On Oct. 6, the U.S. Supreme Court declined to review all seven same-sex marriage cases pending before it. The Court’s refusal to hear the appeals meant that the lower court decisions striking down same-sex marriage bans in Indiana, Oklahoma, Utah, Virginia and Wisconsin took effect right away.
The immediate effects are twofold. First, the Court’s action (or inaction) allowed same-sex marriages to begin or resume in those five states as early as Oct. 6. Second, the Court’s orders also meant that same-sex marriages validly performed in other states must be recognized as valid in those states.
The impact of the Court’s decision, however, is far broader than the five states from which the seven petitions for certiorari arose. Indeed, it means same-sex marriages are constitutionally permitted and protected in all states within the 4th Circuit (Maryland, North Carolina, South Carolina, Virginia and West Virginia), the 7th Circuit (Illinois, Indiana and Wisconsin) and the 10th Circuit (Colorado, Kansas, New Mexico, Oklahoma, Utah and Wyoming).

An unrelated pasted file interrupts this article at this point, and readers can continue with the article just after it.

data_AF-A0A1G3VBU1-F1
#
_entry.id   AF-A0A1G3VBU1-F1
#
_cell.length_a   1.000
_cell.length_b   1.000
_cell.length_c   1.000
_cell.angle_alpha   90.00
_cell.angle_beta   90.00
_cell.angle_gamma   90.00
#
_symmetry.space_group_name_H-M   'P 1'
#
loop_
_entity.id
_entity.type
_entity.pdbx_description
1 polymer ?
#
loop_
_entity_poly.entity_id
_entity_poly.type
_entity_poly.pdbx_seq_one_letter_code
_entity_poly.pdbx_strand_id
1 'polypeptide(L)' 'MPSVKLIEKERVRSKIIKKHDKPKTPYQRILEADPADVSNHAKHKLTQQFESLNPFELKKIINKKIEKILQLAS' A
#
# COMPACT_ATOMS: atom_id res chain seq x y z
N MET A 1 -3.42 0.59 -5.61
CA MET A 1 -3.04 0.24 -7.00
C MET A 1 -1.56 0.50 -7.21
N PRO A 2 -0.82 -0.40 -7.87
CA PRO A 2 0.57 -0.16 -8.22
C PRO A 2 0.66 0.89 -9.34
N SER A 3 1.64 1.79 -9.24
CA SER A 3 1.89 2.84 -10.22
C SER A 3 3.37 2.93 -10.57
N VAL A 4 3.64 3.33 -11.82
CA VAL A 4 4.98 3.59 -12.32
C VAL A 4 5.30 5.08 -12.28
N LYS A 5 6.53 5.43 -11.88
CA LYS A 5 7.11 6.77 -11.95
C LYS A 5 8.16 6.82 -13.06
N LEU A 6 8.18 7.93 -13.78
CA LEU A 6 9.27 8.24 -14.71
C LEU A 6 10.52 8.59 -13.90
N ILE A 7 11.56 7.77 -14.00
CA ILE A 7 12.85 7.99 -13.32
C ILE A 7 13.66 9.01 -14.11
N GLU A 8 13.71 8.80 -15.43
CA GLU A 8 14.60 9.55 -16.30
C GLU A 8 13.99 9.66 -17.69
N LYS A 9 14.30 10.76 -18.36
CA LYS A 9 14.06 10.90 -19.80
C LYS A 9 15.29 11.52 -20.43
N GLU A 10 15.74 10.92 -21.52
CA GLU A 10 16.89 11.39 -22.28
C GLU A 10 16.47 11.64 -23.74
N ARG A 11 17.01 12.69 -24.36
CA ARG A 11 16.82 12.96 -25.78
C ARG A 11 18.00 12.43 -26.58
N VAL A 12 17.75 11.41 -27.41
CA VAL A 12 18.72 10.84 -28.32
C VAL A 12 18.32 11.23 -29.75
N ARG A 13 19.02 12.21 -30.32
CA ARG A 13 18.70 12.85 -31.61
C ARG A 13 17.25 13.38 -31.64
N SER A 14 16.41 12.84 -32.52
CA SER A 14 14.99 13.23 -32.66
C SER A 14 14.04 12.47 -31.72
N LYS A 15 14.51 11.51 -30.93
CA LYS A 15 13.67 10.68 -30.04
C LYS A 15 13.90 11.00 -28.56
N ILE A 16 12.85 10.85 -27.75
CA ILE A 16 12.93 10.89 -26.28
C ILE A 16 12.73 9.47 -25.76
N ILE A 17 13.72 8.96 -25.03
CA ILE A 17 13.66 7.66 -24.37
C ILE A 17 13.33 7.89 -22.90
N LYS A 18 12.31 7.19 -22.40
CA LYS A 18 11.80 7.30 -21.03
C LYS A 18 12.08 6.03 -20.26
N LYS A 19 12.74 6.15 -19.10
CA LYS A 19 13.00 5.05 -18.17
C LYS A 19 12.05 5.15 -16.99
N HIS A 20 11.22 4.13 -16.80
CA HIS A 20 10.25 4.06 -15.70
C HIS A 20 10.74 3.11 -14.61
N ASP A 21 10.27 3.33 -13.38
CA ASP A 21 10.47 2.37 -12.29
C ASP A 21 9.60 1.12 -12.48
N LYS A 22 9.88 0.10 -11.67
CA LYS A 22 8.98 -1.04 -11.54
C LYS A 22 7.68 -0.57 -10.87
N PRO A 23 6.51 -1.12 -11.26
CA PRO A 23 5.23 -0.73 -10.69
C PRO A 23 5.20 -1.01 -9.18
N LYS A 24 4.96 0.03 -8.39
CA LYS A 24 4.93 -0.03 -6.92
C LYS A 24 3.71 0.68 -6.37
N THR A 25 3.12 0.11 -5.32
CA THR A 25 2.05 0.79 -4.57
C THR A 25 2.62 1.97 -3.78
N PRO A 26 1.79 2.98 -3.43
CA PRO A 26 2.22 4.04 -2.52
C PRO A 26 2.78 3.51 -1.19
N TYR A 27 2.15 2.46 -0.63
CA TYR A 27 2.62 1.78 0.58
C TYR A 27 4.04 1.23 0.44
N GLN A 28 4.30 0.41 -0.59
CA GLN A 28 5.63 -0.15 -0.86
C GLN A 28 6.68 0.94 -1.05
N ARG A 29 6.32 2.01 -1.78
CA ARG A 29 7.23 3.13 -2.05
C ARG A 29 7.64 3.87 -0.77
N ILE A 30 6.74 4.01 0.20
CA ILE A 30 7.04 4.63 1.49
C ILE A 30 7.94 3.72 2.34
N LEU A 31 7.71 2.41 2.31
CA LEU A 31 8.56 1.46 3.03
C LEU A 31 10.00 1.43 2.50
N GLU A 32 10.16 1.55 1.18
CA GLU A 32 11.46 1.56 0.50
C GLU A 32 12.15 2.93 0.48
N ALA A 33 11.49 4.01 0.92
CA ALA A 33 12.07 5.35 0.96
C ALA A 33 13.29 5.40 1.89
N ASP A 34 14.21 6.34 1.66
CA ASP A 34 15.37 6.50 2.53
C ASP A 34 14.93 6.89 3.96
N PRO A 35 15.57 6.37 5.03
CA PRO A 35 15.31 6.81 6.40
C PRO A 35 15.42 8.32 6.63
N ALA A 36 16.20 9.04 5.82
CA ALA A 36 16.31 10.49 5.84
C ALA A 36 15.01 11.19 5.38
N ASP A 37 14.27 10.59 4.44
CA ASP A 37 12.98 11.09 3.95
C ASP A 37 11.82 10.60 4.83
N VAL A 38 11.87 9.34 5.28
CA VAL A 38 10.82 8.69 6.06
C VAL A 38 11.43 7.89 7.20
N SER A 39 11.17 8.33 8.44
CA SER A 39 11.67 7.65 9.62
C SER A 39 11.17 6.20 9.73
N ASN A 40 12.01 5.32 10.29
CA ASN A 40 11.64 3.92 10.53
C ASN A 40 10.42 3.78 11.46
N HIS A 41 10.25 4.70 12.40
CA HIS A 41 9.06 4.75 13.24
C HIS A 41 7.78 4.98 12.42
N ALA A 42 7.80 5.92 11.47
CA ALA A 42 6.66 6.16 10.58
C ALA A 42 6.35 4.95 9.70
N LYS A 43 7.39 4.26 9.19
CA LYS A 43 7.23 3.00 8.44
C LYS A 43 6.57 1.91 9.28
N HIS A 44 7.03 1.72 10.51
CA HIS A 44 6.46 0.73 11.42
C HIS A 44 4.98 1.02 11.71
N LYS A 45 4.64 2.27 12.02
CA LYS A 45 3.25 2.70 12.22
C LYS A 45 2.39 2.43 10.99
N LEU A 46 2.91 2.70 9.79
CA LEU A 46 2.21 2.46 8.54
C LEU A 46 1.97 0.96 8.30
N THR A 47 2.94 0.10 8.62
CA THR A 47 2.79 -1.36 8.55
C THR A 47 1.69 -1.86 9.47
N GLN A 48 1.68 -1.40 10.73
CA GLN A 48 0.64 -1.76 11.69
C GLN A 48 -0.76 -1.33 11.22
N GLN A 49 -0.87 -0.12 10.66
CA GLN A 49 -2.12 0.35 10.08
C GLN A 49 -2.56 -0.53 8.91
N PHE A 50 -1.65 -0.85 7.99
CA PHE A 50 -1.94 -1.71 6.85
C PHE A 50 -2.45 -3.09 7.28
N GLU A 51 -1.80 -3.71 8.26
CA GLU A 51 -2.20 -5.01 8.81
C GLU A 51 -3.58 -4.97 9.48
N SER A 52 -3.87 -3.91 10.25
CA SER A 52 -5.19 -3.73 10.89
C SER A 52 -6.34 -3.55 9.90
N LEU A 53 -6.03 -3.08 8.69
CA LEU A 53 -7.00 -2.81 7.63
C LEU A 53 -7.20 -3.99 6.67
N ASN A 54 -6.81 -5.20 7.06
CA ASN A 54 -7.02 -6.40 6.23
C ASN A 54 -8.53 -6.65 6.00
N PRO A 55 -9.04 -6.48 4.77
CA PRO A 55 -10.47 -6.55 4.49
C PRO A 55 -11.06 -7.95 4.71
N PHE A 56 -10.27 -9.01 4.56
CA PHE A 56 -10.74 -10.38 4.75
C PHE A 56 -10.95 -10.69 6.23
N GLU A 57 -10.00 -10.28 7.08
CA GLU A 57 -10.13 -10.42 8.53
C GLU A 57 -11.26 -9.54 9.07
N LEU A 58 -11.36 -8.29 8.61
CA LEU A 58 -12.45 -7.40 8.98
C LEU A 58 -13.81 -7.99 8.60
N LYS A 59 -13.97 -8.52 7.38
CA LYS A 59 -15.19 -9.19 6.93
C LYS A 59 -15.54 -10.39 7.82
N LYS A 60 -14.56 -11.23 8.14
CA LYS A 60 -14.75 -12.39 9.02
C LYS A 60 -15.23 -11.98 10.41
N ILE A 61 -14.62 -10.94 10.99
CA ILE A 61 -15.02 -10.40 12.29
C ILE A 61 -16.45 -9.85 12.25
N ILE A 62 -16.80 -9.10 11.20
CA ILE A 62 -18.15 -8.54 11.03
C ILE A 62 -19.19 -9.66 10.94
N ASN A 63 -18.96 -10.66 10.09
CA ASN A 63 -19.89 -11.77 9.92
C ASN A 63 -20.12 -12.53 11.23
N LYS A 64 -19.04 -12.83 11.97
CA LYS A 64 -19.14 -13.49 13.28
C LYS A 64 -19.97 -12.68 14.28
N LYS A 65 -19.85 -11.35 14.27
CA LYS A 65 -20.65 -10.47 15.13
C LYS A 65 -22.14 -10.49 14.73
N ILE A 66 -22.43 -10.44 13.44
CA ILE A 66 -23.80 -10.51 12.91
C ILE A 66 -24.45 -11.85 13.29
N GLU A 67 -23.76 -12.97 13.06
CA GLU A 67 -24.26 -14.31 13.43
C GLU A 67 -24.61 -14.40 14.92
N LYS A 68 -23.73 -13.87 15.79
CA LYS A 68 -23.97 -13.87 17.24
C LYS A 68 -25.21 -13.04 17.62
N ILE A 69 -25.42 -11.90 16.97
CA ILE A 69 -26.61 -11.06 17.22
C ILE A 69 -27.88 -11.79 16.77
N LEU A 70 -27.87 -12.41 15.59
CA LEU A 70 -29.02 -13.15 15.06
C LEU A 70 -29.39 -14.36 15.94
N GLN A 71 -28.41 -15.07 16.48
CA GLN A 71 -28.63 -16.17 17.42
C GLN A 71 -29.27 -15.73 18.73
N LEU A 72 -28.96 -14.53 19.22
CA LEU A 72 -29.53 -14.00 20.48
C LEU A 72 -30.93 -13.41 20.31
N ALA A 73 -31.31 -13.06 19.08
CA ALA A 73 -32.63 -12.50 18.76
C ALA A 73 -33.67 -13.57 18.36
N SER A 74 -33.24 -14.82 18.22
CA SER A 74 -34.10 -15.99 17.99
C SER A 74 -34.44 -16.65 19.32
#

Same-sex marriages were already recognized and permitted in 19 states (California, Connecticut, Delaware, Hawaii, Illinois, Iowa, Maine, Maryland, Massachusetts, Minnesota, New Hampshire, New Jersey, New Mexico, New York, Oregon, Pennsylvania, Rhode Island, Vermont and Washington) plus the District of Columbia.